During the Napoleonic wars, Bavaria opted for Napoleon and was rewarded with the regal crown in 1805. Up to then Bavaria had already been organised into a more or less modern state with for example the dissolution of the estates of realm. Part of this reorganisation through the later King Maximilian I had also been to dissolve the independent Earldoms in Franconia and the Free Cities. Of particular interest for the collection was the secularisation of goods belonging formerly to the church. Paintings mainly from monasteries were valued and if they fitted to the standard of the regal collection, included. With the two big collections which had come from the Palatinate and the secularised paintings which were now part of the regal collection it became more and more obvious that the Gallery in the Hofgarten would not suffice anymore to house and present even remotely its most important works.
Ludwig I had already acquired major paintings during his years as Prince Royal among them the 'Madonna Tempi' by Raphael. Once he was king he privately bought two major collections of early German old masters the collection Boisserée and the Collection of the Dukes of Oettingen-Wallerstein, works he later on integrated in the Pinakothek. As Prince Royal the second King of Bavaria Ludwig I had already insisted on the building of a new exhibition gallery. On April 7th 1826, Raphael's birthday, the 'Pinakothek' ( = house for pictures) was opened to the public. The new gallery was the product of a co-operation between the King Ludwig I, the gallery's director and painter Georg v. Dillis and the architect Leo v. Klenze. The size of the rooms, the natural lighting through the roof of the building as well as the pictorial wall-decoration which has now disappeared were all meant to valorise the paintings and to allow optimised viewing conditions. Large rooms showed larger pictures and the highlights of the collection, whereas smaller rooms on the side were dedicated to smaller pictures. The centre piece became the largest room in the middle of the first floor. Here Rubens' 'Last Judgement' linked the paintings of the southern schools which were housed in the western half of the building with the northern schools in the eastern half. The 'Pinakothek' is one of the first self-contained public galleries - a monument to painting dissolved from residential buildings and playing an independent role within the architecture and planning of a town.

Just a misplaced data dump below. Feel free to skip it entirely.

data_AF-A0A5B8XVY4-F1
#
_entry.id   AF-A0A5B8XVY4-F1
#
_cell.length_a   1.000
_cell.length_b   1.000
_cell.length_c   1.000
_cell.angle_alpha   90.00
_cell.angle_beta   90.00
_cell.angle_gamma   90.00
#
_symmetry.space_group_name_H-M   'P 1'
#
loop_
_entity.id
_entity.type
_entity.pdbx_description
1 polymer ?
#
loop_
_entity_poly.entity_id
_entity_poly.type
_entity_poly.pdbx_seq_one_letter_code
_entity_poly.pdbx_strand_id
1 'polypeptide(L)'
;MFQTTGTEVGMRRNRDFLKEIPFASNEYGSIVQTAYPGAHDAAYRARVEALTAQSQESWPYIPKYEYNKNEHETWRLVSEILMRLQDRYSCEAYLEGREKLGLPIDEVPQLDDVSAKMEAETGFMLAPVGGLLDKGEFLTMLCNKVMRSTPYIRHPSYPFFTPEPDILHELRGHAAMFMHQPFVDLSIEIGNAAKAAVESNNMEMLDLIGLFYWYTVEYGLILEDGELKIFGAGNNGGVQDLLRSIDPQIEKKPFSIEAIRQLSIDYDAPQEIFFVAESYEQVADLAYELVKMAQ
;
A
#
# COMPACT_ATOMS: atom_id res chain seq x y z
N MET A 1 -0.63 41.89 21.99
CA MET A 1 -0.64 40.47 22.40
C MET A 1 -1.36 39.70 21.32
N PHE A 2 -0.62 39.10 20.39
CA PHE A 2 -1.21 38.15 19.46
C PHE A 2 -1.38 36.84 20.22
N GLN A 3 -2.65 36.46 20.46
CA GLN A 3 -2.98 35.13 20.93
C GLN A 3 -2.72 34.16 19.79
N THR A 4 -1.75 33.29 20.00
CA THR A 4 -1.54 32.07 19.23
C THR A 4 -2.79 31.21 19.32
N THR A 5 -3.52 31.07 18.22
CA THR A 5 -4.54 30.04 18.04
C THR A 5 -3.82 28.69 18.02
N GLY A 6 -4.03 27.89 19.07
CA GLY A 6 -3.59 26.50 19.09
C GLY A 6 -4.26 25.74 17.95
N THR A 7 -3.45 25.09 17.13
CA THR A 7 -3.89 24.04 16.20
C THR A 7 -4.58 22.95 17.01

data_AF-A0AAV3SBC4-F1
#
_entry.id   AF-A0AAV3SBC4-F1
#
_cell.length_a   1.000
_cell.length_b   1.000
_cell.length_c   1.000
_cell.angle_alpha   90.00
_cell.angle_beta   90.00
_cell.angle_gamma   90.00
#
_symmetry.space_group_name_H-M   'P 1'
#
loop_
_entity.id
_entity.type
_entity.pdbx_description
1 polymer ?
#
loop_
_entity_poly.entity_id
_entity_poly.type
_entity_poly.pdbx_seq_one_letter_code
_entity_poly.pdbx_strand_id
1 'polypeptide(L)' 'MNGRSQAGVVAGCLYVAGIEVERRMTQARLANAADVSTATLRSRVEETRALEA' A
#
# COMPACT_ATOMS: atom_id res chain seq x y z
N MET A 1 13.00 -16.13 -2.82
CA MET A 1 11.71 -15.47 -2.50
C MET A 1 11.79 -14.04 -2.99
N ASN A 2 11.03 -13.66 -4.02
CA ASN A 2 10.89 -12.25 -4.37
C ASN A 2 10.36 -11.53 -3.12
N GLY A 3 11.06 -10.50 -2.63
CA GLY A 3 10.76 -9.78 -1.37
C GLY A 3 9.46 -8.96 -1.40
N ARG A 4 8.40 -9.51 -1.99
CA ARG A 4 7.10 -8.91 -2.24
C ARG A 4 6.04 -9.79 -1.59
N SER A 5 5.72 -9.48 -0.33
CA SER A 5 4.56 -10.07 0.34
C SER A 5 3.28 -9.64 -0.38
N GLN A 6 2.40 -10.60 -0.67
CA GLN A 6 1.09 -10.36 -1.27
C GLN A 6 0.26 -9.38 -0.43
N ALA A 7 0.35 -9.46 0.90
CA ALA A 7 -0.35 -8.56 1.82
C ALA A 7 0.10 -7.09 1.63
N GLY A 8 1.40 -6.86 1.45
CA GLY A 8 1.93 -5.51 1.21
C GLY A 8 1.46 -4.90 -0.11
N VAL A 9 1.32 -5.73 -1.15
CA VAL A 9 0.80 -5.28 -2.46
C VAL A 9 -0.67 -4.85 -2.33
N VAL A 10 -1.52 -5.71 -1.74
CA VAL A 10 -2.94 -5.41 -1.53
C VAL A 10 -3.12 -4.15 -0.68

During World War II the Pinakothek got severely damaged. When it was rebuilt by the architect Hans Döllgart it was decided not to make an exact reconstruction but to keep the general shape of the old building and to show the scars of the war in the formation of the façade. The staircase, which used to be in the east-wing of the building was now integrated in the new entrance hall. Nevertheless main elements of the organisation of the building, like its hanging in schools remained. And when the gallery was rehung in 1998 after some renovation work it was decided to more or less recreate most of the original hanging and meaning of the gallery. You will therefore find, that the guides present in the gallery will introduce to you different schools of paintings, each of them having chosen a different artist whose work will stand as an example for his school.
To help you to find the works you would like to see I would like to introduce
to you the guides:
Anna Rühl: Rogier van der Weyden / early Dutch Old Masters
Ines Dobmeier: Albrecht Dürer / early German Old Masters
Jochen Meister: Raphael / Italian Renaissance
Martin Hirsch: Peter Paul Rubens / Flemish School
Esther Wipfler: Rembrandt / Dutch School
Ester Emmerich: Italian Baroque